"Excuse me?" Leo blanched at the mention of the name.
"I was sayin' that Mr. Ping, the apparent victim... say, do you know him, Professor?"

Staggering to the chair by the window, the old man collapsed, eyes cast heavenward and upwelling with tears. "My God, not Hank! I didn't know that this was Hank's apartment. I didn't know what this was about, the murder... Oh, dear." 
He ran five shaking, spindly fingers through his long, unkempt hair, sobbing; "Oh, God, oh, poor, young Hank, poor Hank..."
"Johnny, get the Professor a drink of water." Gateway moved to Leo's side, placing a hand on his shoulder. "I'm very sorry for your loss, uh, the shock of it all, but pardon my asking, how exactly did you know the victim?"
Gazing vacantly into the glare of a naked ceiling light, Leo was deathly white, grief stricken, almost struck dumb. Gateway saw the throbbing purple veins in his temples as he replied in a croak of a whisper; "He was a student of mine. One of the best. I hadn't seen him in some time... since summer. He'd gone off on his fellowship. Still, we were very close. I was to chair his dissertation committee in the spring. Oh, dear, the tragedy, the tragedy."
Gateway and Johnny looked silently to each other, exchanging that cop telepathy that's says "coincidences don't happen". Johnny was first to inquire out loud: "Scuse me, but, uh, Doc, do you know why somebody would kill your friend?"
Absently, Leo responded: "You said something appeared to be missing. It was a small statuette? Over there, with the ancestor shrine?"
"Yes sir, we believe it was. That's what we were hoping you could identify."
Taking a deep breath, Leo rose and shuffled over to the shrine. His right hand outstretched before him, he knelt, lips moving silently as he read down the rows of calligraphy. Using his index finger as a ruler, he took measure of the space between the incense stenchers, examining their contents and inhaling deeply the expended perfume in the ash. "Yes, it must be. Smell the poppy, the opium flowers. Yes, and it's the right size; about nine centimeters wide, four deep. He found it, alright." 
"Pardon, Professor? What did he find?"
"Why, the Burning Buddha! He found it. Hank had found it!"
Januszewski was impatient. "Ya gotta 'scuse our ignorance here, but what the f..."
Gateway, ever the diplomat,  jumped in: "What my associate is wondering is, what is a Burning Buddha? Just start at the beginning and keep it simple."
"I'm sorry, gentlemen. It's just my nerves. Well, ahem, it's actually not a Buddha, at all. It goes back much further, perhaps before the time of neolithic man."
"What kind of man?" said Gateway. "Ya gotta stick to the basics, Professor."
"Right. Oh, maybe thirty or forty-thousand year's ago, at the very beginning of religion and human society, the Burning Buddha, as it is called, was actually the father, more factually the mother, really, of all subsequent deities. Before the fertility goddess, before the sky gods, there It was, or so it has been supposed. No one actually ever found one of the figurines. There was no proof, just conjecture."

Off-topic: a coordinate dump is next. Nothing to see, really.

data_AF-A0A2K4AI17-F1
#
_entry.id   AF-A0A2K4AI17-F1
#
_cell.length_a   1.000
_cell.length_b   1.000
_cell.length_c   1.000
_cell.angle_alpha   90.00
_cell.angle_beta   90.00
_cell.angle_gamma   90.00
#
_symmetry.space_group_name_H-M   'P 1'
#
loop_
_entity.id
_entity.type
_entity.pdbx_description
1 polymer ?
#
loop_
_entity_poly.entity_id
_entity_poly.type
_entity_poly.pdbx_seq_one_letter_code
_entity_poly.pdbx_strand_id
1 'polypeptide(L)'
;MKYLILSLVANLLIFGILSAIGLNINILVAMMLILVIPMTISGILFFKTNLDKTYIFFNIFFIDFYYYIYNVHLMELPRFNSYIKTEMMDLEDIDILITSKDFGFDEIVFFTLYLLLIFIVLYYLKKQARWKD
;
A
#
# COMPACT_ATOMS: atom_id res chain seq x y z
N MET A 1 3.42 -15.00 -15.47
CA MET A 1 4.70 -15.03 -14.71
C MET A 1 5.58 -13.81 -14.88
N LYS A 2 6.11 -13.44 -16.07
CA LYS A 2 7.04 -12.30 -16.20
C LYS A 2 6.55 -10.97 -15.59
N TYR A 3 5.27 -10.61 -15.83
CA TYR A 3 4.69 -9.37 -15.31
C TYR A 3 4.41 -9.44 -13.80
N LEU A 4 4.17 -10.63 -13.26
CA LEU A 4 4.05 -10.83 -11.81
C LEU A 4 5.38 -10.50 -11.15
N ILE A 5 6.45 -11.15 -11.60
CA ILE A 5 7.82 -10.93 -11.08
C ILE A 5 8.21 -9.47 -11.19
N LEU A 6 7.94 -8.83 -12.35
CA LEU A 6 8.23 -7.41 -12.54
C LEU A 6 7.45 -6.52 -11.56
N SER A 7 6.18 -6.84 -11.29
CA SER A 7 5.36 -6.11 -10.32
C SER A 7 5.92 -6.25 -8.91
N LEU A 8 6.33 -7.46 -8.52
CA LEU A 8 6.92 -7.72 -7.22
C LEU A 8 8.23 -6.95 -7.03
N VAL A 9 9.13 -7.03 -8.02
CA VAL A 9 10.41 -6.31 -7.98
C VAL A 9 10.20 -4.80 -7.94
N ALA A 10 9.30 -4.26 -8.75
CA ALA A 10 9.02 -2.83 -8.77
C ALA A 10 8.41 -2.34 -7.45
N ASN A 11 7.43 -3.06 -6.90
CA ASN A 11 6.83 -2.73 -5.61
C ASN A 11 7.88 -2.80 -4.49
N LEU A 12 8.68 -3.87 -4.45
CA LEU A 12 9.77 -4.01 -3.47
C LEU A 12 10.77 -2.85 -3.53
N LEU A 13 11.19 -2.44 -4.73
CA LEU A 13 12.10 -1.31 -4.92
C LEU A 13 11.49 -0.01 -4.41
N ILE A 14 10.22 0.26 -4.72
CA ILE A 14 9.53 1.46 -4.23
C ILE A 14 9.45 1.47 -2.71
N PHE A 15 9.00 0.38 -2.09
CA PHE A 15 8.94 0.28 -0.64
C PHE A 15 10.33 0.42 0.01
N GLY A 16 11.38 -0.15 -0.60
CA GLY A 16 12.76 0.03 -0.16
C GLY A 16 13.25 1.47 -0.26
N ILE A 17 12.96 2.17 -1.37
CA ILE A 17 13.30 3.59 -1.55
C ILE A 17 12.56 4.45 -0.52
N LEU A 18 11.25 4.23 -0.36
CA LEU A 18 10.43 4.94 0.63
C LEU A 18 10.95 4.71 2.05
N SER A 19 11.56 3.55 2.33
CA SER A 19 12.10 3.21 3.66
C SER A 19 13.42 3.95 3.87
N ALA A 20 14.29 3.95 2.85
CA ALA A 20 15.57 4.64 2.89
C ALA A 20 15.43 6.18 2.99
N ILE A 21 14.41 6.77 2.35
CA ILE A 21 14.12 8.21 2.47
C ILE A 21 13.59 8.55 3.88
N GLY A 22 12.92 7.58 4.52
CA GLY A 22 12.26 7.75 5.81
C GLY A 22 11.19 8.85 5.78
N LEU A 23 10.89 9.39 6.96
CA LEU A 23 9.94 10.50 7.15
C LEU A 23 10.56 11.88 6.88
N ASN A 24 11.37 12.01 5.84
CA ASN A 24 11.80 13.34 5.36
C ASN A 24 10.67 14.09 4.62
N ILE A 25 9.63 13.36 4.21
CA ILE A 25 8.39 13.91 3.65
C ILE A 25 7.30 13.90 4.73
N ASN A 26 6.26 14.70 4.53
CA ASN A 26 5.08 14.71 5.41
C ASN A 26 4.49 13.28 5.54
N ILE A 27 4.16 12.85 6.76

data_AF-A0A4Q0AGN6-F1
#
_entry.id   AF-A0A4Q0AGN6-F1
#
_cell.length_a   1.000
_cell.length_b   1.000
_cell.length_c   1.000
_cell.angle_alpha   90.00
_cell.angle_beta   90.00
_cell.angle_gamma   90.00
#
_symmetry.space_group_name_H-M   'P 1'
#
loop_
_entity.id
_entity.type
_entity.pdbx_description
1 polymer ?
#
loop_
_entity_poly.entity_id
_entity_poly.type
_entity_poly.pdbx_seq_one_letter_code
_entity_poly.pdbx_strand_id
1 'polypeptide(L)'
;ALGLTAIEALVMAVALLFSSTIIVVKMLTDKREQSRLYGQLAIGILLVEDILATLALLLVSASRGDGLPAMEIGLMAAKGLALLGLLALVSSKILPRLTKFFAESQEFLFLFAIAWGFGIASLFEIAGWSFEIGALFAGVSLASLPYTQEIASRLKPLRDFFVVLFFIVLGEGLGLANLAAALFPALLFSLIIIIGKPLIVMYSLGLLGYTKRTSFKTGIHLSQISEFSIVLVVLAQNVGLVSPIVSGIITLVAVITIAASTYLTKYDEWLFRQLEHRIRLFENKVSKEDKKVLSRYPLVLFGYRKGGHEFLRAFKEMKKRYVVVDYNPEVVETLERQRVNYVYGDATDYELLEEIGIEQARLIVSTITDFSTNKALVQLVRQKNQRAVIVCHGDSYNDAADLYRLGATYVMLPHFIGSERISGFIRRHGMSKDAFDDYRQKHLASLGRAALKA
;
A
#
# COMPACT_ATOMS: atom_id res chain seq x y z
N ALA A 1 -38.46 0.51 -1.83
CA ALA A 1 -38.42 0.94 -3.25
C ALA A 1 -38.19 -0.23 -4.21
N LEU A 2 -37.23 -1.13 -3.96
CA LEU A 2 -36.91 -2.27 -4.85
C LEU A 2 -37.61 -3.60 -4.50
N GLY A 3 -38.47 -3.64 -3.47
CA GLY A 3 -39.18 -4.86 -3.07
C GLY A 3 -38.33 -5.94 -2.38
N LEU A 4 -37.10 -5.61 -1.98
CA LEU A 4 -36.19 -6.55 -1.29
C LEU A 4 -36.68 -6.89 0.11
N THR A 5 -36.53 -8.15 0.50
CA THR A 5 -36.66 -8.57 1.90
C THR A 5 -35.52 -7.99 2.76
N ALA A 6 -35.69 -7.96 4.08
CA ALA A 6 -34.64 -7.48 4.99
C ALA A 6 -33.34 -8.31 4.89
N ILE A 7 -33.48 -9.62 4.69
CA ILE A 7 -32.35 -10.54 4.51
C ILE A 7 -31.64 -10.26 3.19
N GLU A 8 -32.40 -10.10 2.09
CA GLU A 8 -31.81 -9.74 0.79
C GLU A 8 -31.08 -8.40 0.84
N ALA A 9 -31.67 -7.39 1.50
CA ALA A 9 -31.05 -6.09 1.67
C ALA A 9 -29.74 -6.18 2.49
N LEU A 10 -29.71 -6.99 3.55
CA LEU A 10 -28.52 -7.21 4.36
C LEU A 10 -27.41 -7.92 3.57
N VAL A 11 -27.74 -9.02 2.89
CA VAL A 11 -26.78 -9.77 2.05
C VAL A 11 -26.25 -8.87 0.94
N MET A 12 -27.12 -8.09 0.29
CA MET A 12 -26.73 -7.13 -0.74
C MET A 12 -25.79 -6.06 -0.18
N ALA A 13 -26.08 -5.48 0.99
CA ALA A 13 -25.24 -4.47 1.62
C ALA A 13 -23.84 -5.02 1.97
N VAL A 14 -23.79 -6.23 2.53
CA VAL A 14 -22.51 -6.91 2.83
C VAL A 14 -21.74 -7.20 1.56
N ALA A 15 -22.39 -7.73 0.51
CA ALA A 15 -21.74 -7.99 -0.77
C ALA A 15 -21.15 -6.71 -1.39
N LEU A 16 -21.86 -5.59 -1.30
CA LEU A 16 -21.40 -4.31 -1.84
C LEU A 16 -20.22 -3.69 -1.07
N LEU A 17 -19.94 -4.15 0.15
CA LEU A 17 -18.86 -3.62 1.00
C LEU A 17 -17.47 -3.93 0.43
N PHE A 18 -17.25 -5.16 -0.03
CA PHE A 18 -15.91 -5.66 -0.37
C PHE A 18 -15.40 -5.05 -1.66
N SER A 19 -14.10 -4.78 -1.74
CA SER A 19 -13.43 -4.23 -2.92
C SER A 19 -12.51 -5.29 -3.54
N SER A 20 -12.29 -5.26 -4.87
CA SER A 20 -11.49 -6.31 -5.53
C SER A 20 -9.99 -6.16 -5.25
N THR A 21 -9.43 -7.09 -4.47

"Until now?"
"Evidently. I knew that Hank had been tracing one alleged to still be in existence. According to the lore, it had originated in the Himalayas over thirty centuries ago. At the  height of the last ice-age, it began a journey through the ages, carried by successive tribes of nomadic hunters into what is now southern-most India. By the dawn of written history, it had made it's way to the Isle of Scot, then a seldom visited way station to the premier maritime explorers of that day." 
Leo was getting pumped up, getting excited in a kind'a professorial way. "It is likely that the Phoenicians were then in possession, burying It for safe-keeping in a cave consecrated as a shrine. This was prior to one of the first deliberate attempts to find out what lay on the other shore of the Great Sea, the Atlantic. This shadow history, part legend, part fact, is told in the record of bone carvings, painted caves, etched stone and clay tablets spanning the better part of Humanity's stay on this planet. The Burning Buddha is said to be endowed with vast power, and to endow its possessor of same, for good or ill." He looked sadly to the vaporized remains of his young colleague. "Alas, it seems for ill."
What line of questioning should follow such a yarn? Ordinarily, you ask things like, "was this alleged Buddha angry enough to set fire to somebody?", or "why did the Buddha flee to southern-most India in the Tenth Century B.C?". Gateway  improvised: "Okay, is this thing, the Buddha, of value? Can it be sold? I mean, this looks like a case of art theft, stealing a church relic, that kind of thing. Right?"

Leo smiled grimly. "No, no, no. Not at all. You see, you couldn't sell it. Few enough people would know what it is, then to find an institution willing to purchase an item implicated with a murder... Even so legendary a piece would be of little value other than the scientific or, perhaps, spiritual."

"Wadda'ya mean spiritual?"